The wailing continued outside in the hallway. S stayed silent, stony-faced, as I pulled her shorts off and back on and tugged the comb through her blond tangles.

“Alright, go get your shoes on and meet us at the front door. We need to be in the car in five minutes.”

As I raced through the living room retrieving the toddler’s shoes, above the sound of J’s continued wailing, I heard S begin to bawl.

“Honey, what’s wrong? I’m sorry your sister won’t stop crying.”

“It’s not just that!” she managed. “It’s just… You don’t think I can get dressed by myself! I’m 9 years old! You never think I can do anything by myself!” 

“That’s not true. I just try to help you in the mornings so we can get out the door on time. I know you can do it yourself.”

“You think I can’t do hard things. I’m going to become an adult and I won’t be able to take care of myself because you do everything for me!” 

The anger and hurt in her voice and the truth in her words sliced my heart right in two. I opened my mouth to reassure her and instead a sob tumbled out.

“That’s it.” I declared, noticing we’d blown right past 8:15 and were heading to 8:20. We’d be late anyway. “We’re all staying home today. We’re taking a mental health day.”

The baby, at this point, toddled into the bedroom to see what was going on, the spectacle of both her sister and mom in tears enough to finally make her forget what she’d been crying about.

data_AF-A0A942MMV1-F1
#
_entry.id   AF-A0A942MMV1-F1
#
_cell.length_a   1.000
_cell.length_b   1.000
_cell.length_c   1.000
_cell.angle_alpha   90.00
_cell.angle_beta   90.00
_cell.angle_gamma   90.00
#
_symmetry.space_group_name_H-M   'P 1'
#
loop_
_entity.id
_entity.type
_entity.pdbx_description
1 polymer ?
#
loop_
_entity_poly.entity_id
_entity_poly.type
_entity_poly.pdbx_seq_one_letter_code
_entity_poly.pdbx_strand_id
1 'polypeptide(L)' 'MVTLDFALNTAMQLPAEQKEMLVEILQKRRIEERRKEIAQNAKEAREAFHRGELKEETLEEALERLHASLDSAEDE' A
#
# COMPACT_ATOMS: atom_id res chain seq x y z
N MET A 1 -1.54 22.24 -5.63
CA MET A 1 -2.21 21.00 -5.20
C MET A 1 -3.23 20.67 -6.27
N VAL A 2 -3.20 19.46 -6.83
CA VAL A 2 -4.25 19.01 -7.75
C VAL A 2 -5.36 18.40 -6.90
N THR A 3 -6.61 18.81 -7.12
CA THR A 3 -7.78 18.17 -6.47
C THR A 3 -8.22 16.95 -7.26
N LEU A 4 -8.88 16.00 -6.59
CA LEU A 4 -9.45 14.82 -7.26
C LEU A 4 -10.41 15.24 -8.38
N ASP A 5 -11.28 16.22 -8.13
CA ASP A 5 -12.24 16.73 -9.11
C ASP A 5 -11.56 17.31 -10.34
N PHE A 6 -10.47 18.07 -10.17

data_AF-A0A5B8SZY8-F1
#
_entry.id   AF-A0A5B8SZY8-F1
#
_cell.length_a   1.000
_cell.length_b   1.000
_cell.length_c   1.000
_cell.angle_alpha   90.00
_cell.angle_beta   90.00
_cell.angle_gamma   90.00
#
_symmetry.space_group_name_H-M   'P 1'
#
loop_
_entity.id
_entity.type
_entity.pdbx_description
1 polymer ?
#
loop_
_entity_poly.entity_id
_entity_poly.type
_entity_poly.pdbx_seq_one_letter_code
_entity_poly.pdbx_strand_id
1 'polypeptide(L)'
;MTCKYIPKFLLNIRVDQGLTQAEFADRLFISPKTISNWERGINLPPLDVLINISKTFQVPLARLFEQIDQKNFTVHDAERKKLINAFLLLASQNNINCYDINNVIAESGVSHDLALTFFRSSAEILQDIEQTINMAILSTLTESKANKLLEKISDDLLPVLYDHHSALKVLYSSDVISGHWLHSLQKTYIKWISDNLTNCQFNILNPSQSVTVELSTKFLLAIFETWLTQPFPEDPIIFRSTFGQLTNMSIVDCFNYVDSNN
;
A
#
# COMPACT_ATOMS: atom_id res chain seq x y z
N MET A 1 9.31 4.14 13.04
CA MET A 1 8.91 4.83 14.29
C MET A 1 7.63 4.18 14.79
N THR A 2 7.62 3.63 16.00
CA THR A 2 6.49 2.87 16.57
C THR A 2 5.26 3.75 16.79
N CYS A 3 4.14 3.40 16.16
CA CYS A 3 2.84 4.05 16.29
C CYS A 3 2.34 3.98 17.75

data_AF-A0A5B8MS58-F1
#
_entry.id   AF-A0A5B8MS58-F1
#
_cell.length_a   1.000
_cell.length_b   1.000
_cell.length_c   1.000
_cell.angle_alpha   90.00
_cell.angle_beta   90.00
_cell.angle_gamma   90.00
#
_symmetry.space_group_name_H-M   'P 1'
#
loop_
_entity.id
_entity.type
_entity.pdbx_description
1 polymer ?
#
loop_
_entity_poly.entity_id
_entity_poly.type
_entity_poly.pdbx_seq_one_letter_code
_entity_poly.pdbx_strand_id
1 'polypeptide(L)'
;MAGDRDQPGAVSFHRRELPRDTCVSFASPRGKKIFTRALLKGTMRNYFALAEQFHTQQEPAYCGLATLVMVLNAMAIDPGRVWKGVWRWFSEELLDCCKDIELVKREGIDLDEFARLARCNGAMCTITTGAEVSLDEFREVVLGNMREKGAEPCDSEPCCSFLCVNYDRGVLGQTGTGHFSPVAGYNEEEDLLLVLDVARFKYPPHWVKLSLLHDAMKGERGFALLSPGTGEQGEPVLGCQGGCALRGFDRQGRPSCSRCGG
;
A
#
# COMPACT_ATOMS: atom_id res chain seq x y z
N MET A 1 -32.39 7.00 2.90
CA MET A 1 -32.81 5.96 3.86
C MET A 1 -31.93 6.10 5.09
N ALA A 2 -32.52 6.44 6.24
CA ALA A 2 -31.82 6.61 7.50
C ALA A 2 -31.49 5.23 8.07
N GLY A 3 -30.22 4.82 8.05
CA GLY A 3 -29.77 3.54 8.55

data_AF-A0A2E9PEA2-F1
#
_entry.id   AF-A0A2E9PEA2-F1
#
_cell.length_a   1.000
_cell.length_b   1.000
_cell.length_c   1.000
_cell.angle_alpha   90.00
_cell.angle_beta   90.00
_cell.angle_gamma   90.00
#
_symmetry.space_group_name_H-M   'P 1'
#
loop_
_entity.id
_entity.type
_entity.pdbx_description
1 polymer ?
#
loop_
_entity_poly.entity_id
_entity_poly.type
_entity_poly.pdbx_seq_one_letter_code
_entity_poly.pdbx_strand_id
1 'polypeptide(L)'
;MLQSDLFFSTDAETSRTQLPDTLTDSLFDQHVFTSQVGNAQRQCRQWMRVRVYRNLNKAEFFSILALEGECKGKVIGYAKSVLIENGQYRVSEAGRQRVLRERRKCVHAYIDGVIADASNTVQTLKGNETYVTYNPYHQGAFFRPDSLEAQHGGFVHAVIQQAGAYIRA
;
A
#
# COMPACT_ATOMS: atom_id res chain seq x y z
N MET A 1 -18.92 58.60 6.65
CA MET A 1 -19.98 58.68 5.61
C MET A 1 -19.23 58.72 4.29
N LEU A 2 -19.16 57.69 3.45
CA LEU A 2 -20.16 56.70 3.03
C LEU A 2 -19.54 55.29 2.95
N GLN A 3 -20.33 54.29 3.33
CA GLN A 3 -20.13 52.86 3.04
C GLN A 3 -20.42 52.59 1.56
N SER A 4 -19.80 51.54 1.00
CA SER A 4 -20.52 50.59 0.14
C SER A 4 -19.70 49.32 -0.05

S apologized. “I’m sorry, Mom, I didn’t mean to make you cry. I was just telling the truth.”

I told her I was happy she’d told the truth, and that it was just hard for me to hear. I pulled her into my lap for a hug, and the baby tried to wriggle her way into my arms, too. S, suddenly, saw the bright side of our current situation.

“If we’re not going to school, can you take us somewhere fun, to help us get in a better mood? Maybe the play cafe?”

At the play cafe, S explained to the proprietress, “We’re taking a mental illness day.”

I quickly clarified, “a mental health day.”

The woman nodded knowingly.

As J ran around in her yellow dino shirt, S and I talked it out over hot chocolate, outlining a plan for how she could take on more responsibility in getting dressed, making her lunches, and cleaning up her room.

I know that I jump in too often to help her, I admitted, and that’s because when she was a baby and as a kid she’s gone through so many hard medical things, things most kids don’t have to go through, and I just wanted to help make life easy for her for a while. 

But regardless of all that, my heart knew she was right. I do need to help her learn everything she needs to be a grown-up. I asked for her help in gently reminding me when I’m falling into overprotective mode. She agreed. 

After our chat, she wandered over to the play cafe’s giant slide. I sat there on a squishy foam mat and watched my tall third-grader slide down, followed by her shadow of a 1-year-old sister, then prance back up the stairs and slide down again. The sweetness of it made my heart ache. S is a girl trying to figure out how she’s going to be a teenager, how to do things by herself, how to exist outside of me. And I’m doing nothing but holding her back because I can’t deal with the reality of my baby not being a baby anymore.

Parenting children eight years apart in age is brutal. You make it through the truly body-crushing part of parenting—the sleep deprivation and the chasing and the lugging—just to start all over from the beginning. But every once in a while, the stars align and my girls struggle with just the same things on just the same days and we stumble upon just the right slide to cure them both.